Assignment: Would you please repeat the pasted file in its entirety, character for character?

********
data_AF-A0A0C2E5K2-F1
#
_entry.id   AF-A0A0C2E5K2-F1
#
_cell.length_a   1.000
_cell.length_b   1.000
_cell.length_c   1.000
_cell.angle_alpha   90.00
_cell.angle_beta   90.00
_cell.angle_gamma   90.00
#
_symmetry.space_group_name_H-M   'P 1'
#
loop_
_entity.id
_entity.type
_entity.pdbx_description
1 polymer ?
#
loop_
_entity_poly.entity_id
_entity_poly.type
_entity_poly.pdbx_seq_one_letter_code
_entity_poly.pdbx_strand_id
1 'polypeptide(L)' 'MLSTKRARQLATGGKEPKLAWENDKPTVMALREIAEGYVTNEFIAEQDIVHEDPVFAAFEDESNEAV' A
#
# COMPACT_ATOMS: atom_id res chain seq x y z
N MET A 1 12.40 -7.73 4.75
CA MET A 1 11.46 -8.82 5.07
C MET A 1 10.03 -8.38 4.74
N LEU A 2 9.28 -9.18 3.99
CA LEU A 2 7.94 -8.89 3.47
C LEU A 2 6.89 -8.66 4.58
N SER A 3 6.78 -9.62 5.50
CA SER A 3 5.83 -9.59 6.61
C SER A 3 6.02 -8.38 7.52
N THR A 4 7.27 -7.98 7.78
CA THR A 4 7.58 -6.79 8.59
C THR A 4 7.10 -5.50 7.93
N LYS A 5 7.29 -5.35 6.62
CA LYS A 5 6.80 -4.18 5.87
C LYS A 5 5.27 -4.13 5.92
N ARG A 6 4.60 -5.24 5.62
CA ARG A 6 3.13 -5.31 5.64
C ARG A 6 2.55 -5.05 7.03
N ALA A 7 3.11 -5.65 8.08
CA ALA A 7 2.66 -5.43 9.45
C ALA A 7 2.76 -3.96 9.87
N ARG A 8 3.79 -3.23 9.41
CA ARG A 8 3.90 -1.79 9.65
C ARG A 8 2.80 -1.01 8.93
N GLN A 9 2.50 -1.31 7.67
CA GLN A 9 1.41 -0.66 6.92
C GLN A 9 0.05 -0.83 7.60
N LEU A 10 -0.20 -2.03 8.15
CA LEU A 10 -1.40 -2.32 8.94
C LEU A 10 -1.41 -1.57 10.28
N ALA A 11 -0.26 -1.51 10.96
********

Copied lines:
data_AF-A0A0C2E5K2-F1
#
_entry.id   AF-A0A0C2E5K2-F1
#
_cell.length_a   1.000
_cell.length_b   1.000
_cell.length_c   1.000
_cell.angle_alpha   90.00
_cell.angle_beta   90.00
_cell.angle_gamma   90.00
#
_symmetry.space_group_name_H-M   'P 1'
#
loop_
_entity.id
_entity.type
_entity.pdbx_description
1 polymer ?
#
loop_
_entity_poly.entity_id
_entity_poly.type
_entity_poly.pdbx_seq_one_letter_code
_entity_poly.pdbx_strand_id
1 'polypeptide(L)' 'MLSTKRARQLATGGKEPKLAWENDKPTVMALREIAEGYVTNEFIAEQDIVHEDPVFAAFEDESNEAV' A
#
# COMPACT_ATOMS: atom_id res chain seq x y z
N MET A 1 12.40 -7.73 4.75
CA MET A 1 11.46 -8.82 5.07
C MET A 1 10.03 -8.38 4.74
N LEU A 2 9.28 -9.18 3.99
CA LEU A 2 7.94 -8.89 3.47
C LEU A 2 6.89 -8.66 4.58
N SER A 3 6.78 -9.62 5.50
CA SER A 3 5.83 -9.59 6.61
C SER A 3 6.02 -8.38 7.52
N THR A 4 7.27 -7.98 7.78
CA THR A 4 7.58 -6.79 8.59
C THR A 4 7.10 -5.50 7.93
N LYS A 5 7.29 -5.35 6.62
CA LYS A 5 6.80 -4.18 5.87
C LYS A 5 5.27 -4.13 5.92
N ARG A 6 4.60 -5.24 5.62
CA ARG A 6 3.13 -5.31 5.64
C ARG A 6 2.55 -5.05 7.03
N ALA A 7 3.11 -5.65 8.08
CA ALA A 7 2.66 -5.43 9.45
C ALA A 7 2.76 -3.96 9.87
N ARG A 8 3.79 -3.23 9.41
CA ARG A 8 3.90 -1.79 9.65
C ARG A 8 2.80 -1.01 8.93
N GLN A 9 2.50 -1.31 7.67
CA GLN A 9 1.41 -0.66 6.92
C GLN A 9 0.05 -0.83 7.60
N LEU A 10 -0.20 -2.03 8.15
CA LEU A 10 -1.40 -2.32 8.94
C LEU A 10 -1.41 -1.57 10.28
N ALA A 11 -0.26 -1.51 10.96